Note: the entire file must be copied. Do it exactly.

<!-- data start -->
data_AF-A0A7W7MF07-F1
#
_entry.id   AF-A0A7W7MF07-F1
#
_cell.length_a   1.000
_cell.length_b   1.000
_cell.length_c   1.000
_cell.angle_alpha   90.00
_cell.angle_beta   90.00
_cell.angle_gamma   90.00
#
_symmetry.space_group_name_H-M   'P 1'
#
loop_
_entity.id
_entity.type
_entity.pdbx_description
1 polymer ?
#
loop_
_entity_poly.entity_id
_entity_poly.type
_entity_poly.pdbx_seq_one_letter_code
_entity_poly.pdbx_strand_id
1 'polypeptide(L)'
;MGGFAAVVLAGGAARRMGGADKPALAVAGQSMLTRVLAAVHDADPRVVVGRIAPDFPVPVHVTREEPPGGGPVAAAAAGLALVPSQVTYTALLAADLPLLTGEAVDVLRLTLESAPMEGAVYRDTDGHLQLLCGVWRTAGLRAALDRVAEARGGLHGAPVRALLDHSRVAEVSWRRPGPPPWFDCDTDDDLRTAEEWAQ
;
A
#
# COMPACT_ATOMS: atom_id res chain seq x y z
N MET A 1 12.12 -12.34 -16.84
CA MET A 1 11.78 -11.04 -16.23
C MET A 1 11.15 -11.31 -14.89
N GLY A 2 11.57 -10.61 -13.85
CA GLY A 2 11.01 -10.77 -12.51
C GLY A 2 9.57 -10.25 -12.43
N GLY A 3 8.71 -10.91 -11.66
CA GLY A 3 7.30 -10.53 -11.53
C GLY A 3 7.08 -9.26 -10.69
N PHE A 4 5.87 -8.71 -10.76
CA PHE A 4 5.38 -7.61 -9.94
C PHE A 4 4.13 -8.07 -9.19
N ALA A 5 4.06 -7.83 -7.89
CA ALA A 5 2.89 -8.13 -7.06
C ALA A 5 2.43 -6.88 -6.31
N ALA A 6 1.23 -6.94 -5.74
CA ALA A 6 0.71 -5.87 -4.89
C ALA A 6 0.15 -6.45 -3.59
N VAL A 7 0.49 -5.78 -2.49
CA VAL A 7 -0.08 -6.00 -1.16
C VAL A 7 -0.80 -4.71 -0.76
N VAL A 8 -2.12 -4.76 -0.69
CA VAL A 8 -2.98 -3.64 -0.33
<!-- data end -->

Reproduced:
data_AF-A0A7W7MF07-F1
#
_entry.id   AF-A0A7W7MF07-F1
#
_cell.length_a   1.000
_cell.length_b   1.000
_cell.length_c   1.000
_cell.angle_alpha   90.00
_cell.angle_beta   90.00
_cell.angle_gamma   90.00
#
_symmetry.space_group_name_H-M   'P 1'
#
loop_
_entity.id
_entity.type
_entity.pdbx_description
1 polymer ?
#
loop_
_entity_poly.entity_id
_entity_poly.type
_entity_poly.pdbx_seq_one_letter_code
_entity_poly.pdbx_strand_id
1 'polypeptide(L)'
;MGGFAAVVLAGGAARRMGGADKPALAVAGQSMLTRVLAAVHDADPRVVVGRIAPDFPVPVHVTREEPPGGGPVAAAAAGLALVPSQVTYTALLAADLPLLTGEAVDVLRLTLESAPMEGAVYRDTDGHLQLLCGVWRTAGLRAALDRVAEARGGLHGAPVRALLDHSRVAEVSWRRPGPPPWFDCDTDDDLRTAEEWAQ
;
A
#
# COMPACT_ATOMS: atom_id res chain seq x y z
N MET A 1 12.12 -12.34 -16.84
CA MET A 1 11.78 -11.04 -16.23
C MET A 1 11.15 -11.31 -14.89
N GLY A 2 11.57 -10.61 -13.85
CA GLY A 2 11.01 -10.77 -12.51
C GLY A 2 9.57 -10.25 -12.43
N GLY A 3 8.71 -10.91 -11.66
CA GLY A 3 7.30 -10.53 -11.53
C GLY A 3 7.08 -9.26 -10.69
N PHE A 4 5.87 -8.71 -10.76
CA PHE A 4 5.38 -7.61 -9.94
C PHE A 4 4.13 -8.07 -9.19
N ALA A 5 4.06 -7.83 -7.89
CA ALA A 5 2.89 -8.13 -7.06
C ALA A 5 2.43 -6.88 -6.31
N ALA A 6 1.23 -6.94 -5.74
CA ALA A 6 0.71 -5.87 -4.89
C ALA A 6 0.15 -6.45 -3.59
N VAL A 7 0.49 -5.78 -2.49
CA VAL A 7 -0.08 -6.00 -1.16
C VAL A 7 -0.80 -4.71 -0.76
N VAL A 8 -2.12 -4.76 -0.69
CA VAL A 8 -2.98 -3.64 -0.33